Do Common Loons Migrate? [Revealed!]

by Victor
do common loons migrate

The common loon (Gavia immer) is a large, distinctive bird that is found throughout much of North America. Known for their haunting calls, striking plumage, and unique diving abilities, these birds are beloved by many nature enthusiasts. However, one question frequently asked about these fascinating creatures is whether they migrate or not.

Let’s take a closer look at the migration patterns of common loons and how they navigate the challenges of seasonal movements.

Common Loon Migration Patterns

Common loons are known to breed in freshwater lakes across Canada, Alaska, and parts of the northern United States. During the winter, they can be found occupying coastal waters along the Pacific, Atlantic, and Gulf coasts of the United States, as well as in Mexico and the Caribbean.

While some populations of common loons do stay put year-round in northern regions with open water, most do migrate seasonally. In general, loons from more northerly breeding grounds tend to migrate further south than those from southern breeding grounds.

In the fall, as temperatures drop and daylight hours diminish, common loons begin their journey to their wintering grounds. They typically travel at night, using the stars as a navigational guide. This method of navigation is called celestial navigation, and while it may seem surprising, studies have shown that common loons can use the position of the stars to orient themselves within just a few degrees of accuracy.

Once on their wintering grounds, common loons will remain there until spring arrives, at which point they will begin their return journey to their breeding grounds. During migration, common loons may face various challenges, including storms, habitat loss or degradation, and human-caused threats such as pollution and collisions with boats.

Migration to Wintering Grounds

As winter approaches and the lakes freeze over, common loons embark on their remarkable migratory journey to their wintering grounds. The timing of migration varies based on factors such as weather conditions, food availability, and individual circumstances. Generally, migration begins in the late fall or early winter.

Migration Routes and Distances

Common loons undertake long-distance migrations, traveling from their northern breeding grounds to their southern wintering grounds. The specific migration routes can vary, but common loons from North America typically migrate towards coastal areas of the Atlantic Ocean or the Gulf of Mexico.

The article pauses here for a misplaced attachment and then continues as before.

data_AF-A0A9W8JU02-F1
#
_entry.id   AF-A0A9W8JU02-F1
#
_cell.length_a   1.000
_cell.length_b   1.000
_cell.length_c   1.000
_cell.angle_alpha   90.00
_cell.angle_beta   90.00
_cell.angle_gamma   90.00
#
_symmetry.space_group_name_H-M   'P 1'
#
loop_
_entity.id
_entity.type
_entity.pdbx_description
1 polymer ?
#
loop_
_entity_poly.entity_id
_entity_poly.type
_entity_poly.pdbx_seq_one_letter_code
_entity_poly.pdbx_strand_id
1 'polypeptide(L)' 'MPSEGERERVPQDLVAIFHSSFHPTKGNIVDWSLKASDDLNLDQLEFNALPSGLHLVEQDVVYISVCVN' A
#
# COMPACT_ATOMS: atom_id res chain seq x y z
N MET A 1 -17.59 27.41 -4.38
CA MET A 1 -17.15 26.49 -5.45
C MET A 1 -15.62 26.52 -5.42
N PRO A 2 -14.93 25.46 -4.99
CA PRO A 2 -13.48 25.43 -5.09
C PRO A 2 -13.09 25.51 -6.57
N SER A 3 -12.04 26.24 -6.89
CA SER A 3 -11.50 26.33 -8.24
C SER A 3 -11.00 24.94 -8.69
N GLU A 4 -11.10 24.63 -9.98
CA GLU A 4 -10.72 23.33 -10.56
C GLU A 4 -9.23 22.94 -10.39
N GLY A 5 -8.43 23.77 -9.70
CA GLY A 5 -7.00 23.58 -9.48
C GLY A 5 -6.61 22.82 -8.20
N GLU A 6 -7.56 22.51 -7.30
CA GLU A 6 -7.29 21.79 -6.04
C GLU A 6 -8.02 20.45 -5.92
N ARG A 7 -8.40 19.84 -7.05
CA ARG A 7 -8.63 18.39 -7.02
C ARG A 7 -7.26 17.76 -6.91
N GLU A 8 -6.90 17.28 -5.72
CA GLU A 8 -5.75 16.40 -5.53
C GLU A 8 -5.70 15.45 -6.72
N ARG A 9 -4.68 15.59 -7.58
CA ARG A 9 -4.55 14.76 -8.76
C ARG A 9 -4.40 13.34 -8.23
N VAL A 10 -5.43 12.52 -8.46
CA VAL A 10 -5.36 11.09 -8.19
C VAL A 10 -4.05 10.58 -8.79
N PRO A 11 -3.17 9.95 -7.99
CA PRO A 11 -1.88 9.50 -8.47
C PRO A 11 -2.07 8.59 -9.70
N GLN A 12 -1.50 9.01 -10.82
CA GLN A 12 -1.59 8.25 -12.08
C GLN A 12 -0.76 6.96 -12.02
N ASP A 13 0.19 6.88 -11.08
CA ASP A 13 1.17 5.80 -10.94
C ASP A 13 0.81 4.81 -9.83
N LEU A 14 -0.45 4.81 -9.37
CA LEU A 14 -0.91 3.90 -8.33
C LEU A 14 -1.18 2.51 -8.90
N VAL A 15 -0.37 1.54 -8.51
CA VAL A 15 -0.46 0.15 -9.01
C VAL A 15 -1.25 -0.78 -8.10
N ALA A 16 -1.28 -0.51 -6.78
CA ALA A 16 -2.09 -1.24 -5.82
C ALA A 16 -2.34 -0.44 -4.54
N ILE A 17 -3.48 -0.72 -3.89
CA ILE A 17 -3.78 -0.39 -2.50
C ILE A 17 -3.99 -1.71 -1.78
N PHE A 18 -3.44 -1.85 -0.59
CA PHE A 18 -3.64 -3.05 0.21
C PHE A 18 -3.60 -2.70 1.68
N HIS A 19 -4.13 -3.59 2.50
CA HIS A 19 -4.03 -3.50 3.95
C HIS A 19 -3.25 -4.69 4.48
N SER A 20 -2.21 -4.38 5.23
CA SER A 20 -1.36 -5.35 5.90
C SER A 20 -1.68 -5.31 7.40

The migration distances can be substantial, ranging from a few hundred miles to over a thousand miles. Individual loons may also exhibit fidelity to specific wintering locations, returning to the same area year after year.

Reasons for Migration

Migration serves several crucial purposes for common loons:

Food Availability: The primary reason for migration is the search for food. During the winter months, when northern lakes freeze, the availability of their preferred prey, such as fish, becomes limited. By moving to open coastal areas, common loons can access a wider range of food sources.

Overcrowding and Competition: Common loons establish breeding territories on lakes during the summer. As the breeding season ends, these territories become crowded, and competition for resources increases. Migrating to wintering grounds allows loons to disperse and avoid territorial conflicts.

Climate and Habitat Conditions: Harsh winter conditions and frozen lakes can make it challenging for loons to find suitable habitat and food. Migrating to warmer coastal areas provides more favorable conditions and ensures their survival during the winter months.

Adaptations for Migration

Common loons possess several adaptations that aid in their migratory journeys:

Flight Abilities: Loons have strong wings and streamlined bodies, enabling them to fly long distances swiftly. They can cover significant distances during migration, using a combination of powered flight and gliding.

Navigation Skills: Common loons rely on a combination of celestial cues, such as the position of the sun and stars, and their keen sense of geographic landmarks to navigate during migration. They can also sense the Earth’s magnetic field, which helps them maintain their intended course.


In conclusion, common loons do migrate seasonally from their breeding grounds in Canada and Alaska to wintering grounds along coastal waters of the United States, Mexico, and the Caribbean. These fascinating birds use celestial navigation to guide them along their journey and face various challenges during migration. While currently listed as a species of least concern, conservation efforts must continue to ensure that common loon populations remain healthy and stable for generations to come.

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